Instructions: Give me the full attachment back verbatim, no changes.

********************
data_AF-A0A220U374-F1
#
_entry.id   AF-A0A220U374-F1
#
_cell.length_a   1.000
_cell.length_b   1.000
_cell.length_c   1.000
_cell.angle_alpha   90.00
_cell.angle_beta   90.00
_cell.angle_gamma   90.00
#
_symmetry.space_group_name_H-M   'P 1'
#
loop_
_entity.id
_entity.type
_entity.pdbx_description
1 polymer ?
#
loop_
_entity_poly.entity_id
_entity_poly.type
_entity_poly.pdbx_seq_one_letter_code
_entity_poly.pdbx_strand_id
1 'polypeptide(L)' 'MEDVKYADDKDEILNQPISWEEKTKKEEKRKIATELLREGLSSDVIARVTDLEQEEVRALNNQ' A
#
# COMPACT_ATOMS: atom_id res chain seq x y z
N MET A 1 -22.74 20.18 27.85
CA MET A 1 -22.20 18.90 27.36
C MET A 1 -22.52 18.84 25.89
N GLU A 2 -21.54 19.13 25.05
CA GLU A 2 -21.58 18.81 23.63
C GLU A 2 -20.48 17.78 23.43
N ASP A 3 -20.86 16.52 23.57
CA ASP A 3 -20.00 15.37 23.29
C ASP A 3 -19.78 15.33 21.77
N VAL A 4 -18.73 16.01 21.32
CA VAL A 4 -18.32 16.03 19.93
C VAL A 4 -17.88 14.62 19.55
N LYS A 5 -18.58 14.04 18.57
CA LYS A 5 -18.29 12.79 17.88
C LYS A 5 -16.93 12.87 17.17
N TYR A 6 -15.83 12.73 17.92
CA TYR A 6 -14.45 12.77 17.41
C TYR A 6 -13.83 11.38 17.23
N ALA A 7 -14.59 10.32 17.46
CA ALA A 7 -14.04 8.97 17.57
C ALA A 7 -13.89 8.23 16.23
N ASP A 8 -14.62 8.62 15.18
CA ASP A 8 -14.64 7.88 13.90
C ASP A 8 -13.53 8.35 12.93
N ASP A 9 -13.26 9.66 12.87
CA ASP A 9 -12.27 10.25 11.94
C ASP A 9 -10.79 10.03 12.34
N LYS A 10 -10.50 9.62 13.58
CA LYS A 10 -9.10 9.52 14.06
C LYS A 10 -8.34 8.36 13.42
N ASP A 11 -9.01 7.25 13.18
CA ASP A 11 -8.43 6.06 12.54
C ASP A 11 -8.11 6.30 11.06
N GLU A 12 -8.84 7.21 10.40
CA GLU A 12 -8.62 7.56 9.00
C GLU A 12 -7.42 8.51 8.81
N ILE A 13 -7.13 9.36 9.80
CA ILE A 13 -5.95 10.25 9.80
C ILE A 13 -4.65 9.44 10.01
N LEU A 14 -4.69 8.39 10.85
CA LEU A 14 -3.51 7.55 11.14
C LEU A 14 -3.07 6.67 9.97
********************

data_AF-A0A220U374-F1
#
_entry.id   AF-A0A220U374-F1
#
_cell.length_a   1.000
_cell.length_b   1.000
_cell.length_c   1.000
_cell.angle_alpha   90.00
_cell.angle_beta   90.00
_cell.angle_gamma   90.00
#
_symmetry.space_group_name_H-M   'P 1'
#
loop_
_entity.id
_entity.type
_entity.pdbx_description
1 polymer ?
#
loop_
_entity_poly.entity_id
_entity_poly.type
_entity_poly.pdbx_seq_one_letter_code
_entity_poly.pdbx_strand_id
1 'polypeptide(L)' 'MEDVKYADDKDEILNQPISWEEKTKKEEKRKIATELLREGLSSDVIARVTDLEQEEVRALNNQ' A
#
# COMPACT_ATOMS: atom_id res chain seq x y z
N MET A 1 -22.74 20.18 27.85
CA MET A 1 -22.20 18.90 27.36
C MET A 1 -22.52 18.84 25.89
N GLU A 2 -21.54 19.13 25.05
CA GLU A 2 -21.58 18.81 23.63
C GLU A 2 -20.48 17.78 23.43
N ASP A 3 -20.86 16.52 23.57
CA ASP A 3 -20.00 15.37 23.29
C ASP A 3 -19.78 15.33 21.77
N VAL A 4 -18.73 16.01 21.32
CA VAL A 4 -18.32 16.03 19.93
C VAL A 4 -17.88 14.62 19.55
N LYS A 5 -18.58 14.04 18.57
CA LYS A 5 -18.29 12.79 17.88
C LYS A 5 -16.93 12.87 17.17
N TYR A 6 -15.83 12.73 17.92
CA TYR A 6 -14.45 12.77 17.41
C TYR A 6 -13.83 11.38 17.23
N ALA A 7 -14.59 10.32 17.46
CA ALA A 7 -14.04 8.97 17.57
C ALA A 7 -13.89 8.23 16.23
N ASP A 8 -14.62 8.62 15.18
CA ASP A 8 -14.64 7.88 13.90
C ASP A 8 -13.53 8.35 12.93
N ASP A 9 -13.26 9.66 12.87
CA ASP A 9 -12.27 10.25 11.94
C ASP A 9 -10.79 10.03 12.34
N LYS A 10 -10.50 9.62 13.58
CA LYS A 10 -9.10 9.52 14.06
C LYS A 10 -8.34 8.36 13.42
N ASP A 11 -9.01 7.25 13.18
CA ASP A 11 -8.43 6.06 12.54
C ASP A 11 -8.11 6.30 11.06
N GLU A 12 -8.84 7.21 10.40
CA GLU A 12 -8.62 7.56 9.00
C GLU A 12 -7.42 8.51 8.81
N ILE A 13 -7.13 9.36 9.80
CA ILE A 13 -5.95 10.25 9.80
C ILE A 13 -4.65 9.44 10.01
N LEU A 14 -4.69 8.39 10.85
CA LEU A 14 -3.51 7.55 11.14
C LEU A 14 -3.07 6.67 9.97